Variability in functional traits mediates plant interactions along stress gradients

Authors

  • Christian Schöb,

    Corresponding authorCurrent affiliation:
    1. The James Hutton Institute, Craigiebuckler, Aberdeen, UK
    • Estación Experimental de Zonas Áridas, Consejo Superior de Investigaciones Científicas EEZA-CSIC, Ctra. de Sacramento s/n, 04120 La Cañada de San Urbano, Almería, Spain
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  • Cristina Armas,

    1. Estación Experimental de Zonas Áridas, Consejo Superior de Investigaciones Científicas EEZA-CSIC, Ctra. de Sacramento s/n, 04120 La Cañada de San Urbano, Almería, Spain
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  • Manuela Guler,

    1. Estación Experimental de Zonas Áridas, Consejo Superior de Investigaciones Científicas EEZA-CSIC, Ctra. de Sacramento s/n, 04120 La Cañada de San Urbano, Almería, Spain
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  • Iván Prieto,

    1. Estación Experimental de Zonas Áridas, Consejo Superior de Investigaciones Científicas EEZA-CSIC, Ctra. de Sacramento s/n, 04120 La Cañada de San Urbano, Almería, Spain
    Current affiliation:
    1. Centre d'Ecologie Fonctionnelle et Evolutive – CNRS, Montpellier Cedex 5, France
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  • Francisco I. Pugnaire

    1. Estación Experimental de Zonas Áridas, Consejo Superior de Investigaciones Científicas EEZA-CSIC, Ctra. de Sacramento s/n, 04120 La Cañada de San Urbano, Almería, Spain
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Correspondence author. E-mail: christian.schoeb@hutton.ac.uk

Summary

  1. Environmental gradients may influence a plant's physiological status and morphology, which in turn may affect plant–plant interactions. However, little is known about the relationship between environmental variation, physiological and morphological variability of plants and variation in the balance between competition and facilitation.
  2. Mountain ranges in dry environments have opposing altitudinal environmental gradients of temperature and aridity, which limit plant growth at high and low elevations. This makes them particularly suitable for exploring the relationships between environmental conditions, plant phenotype and plant–plant interactions. We hypothesized that different environmental stressors will differently affect the physiological status of a nurse plant. This, then, manifests itself as variation in nurse plant morphological traits, which in turn mediates plant–plant interactions by altering microhabitat conditions for the nurse and associated species.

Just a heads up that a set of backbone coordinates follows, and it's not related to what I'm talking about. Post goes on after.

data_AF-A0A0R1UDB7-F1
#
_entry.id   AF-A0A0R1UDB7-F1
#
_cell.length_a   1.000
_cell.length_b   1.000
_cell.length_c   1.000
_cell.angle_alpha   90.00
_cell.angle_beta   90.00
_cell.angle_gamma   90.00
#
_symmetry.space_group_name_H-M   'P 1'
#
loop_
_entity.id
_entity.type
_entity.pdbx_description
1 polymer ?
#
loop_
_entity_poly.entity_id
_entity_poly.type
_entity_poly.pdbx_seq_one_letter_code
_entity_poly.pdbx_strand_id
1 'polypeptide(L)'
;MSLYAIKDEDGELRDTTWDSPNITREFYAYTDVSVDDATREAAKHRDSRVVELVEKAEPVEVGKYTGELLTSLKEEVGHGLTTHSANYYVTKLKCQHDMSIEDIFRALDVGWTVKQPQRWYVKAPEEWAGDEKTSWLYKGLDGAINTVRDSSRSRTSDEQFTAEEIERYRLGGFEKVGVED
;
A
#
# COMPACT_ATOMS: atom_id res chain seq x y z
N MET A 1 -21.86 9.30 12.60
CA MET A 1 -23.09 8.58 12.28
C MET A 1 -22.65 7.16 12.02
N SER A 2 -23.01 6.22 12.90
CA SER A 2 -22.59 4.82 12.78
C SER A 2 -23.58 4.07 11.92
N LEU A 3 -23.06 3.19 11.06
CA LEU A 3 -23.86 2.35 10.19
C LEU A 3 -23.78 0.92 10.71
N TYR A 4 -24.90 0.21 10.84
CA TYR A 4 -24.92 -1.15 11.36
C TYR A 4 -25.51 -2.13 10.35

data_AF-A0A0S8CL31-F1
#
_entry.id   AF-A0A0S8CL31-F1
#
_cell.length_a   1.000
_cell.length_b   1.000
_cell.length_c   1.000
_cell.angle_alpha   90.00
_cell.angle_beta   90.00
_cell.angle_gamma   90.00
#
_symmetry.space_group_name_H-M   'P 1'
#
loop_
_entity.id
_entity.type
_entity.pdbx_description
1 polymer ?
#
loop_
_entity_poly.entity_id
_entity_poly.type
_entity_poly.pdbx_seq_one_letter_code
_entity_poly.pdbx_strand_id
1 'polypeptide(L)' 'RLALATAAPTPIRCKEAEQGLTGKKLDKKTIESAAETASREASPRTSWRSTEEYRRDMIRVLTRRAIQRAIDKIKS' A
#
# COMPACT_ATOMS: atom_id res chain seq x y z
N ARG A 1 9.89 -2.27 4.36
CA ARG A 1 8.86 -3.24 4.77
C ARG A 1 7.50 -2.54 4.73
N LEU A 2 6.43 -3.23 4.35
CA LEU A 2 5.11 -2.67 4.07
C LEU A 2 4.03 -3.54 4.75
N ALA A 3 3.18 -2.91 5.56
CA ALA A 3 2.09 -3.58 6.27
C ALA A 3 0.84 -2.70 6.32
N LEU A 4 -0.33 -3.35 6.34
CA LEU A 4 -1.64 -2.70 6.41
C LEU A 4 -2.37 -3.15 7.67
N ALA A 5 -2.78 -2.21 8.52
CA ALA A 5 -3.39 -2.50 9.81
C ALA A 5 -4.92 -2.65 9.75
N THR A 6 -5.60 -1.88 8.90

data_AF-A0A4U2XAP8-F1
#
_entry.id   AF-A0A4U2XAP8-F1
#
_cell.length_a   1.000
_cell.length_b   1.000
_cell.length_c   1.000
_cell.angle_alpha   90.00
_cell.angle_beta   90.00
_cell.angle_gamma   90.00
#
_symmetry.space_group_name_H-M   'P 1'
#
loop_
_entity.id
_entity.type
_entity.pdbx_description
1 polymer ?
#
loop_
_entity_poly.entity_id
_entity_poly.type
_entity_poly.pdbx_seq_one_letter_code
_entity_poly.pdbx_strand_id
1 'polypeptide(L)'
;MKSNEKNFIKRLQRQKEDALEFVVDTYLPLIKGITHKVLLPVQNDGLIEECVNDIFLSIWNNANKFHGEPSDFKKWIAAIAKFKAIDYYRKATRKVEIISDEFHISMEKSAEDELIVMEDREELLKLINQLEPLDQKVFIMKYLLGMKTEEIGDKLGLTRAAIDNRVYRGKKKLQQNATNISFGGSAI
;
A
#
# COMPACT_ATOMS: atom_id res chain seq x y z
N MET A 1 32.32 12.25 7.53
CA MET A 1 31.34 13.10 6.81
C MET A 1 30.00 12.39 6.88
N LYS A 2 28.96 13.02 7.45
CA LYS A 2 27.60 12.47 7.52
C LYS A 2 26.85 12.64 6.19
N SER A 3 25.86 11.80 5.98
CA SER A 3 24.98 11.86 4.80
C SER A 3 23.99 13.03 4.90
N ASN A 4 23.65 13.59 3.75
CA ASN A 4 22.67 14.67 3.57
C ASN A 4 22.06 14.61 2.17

3. In an observational study, we measured a series of functional traits of Arenaria tetraquetra cushions as indicators of its physiological status (e.g. specific leaf area, relative water content) and morphology (e.g. cushion compactness, size). Measurements were taken along the entire elevation range where A. tetraquetra occurs. Furthermore, we analysed how these functional traits related to soil properties beneath cushions and the number of associated species and individuals compared with open areas.
  4. Cushions at high elevation showed good physiological status; they were compact and large, had higher soil water and organic matter content compared with open areas and showed the strongest facilitation effect of the whole elevation gradient – that is, the highest increase in species richness and abundance of beneficiaries compared with open areas. Physiological data at low elevation indicated stressful abiotic conditions for A. tetraquetra, which formed loose and small cushions. These cushions showed less improved soil conditions and had reduced facilitative effects compared with those at high elevation.
  5. Synthesis. Functional traits of the nurse species varied distinctively along the two opposing stress gradients, in parallel to the magnitude of differences in microenvironmental conditions between cushions and the surrounding open area, and also to the facilitation effect of cushions. Our data, therefore, provides a strong demonstration of the generally overlooked importance of a nurse plant's vigour and morphology for its facilitative effects.

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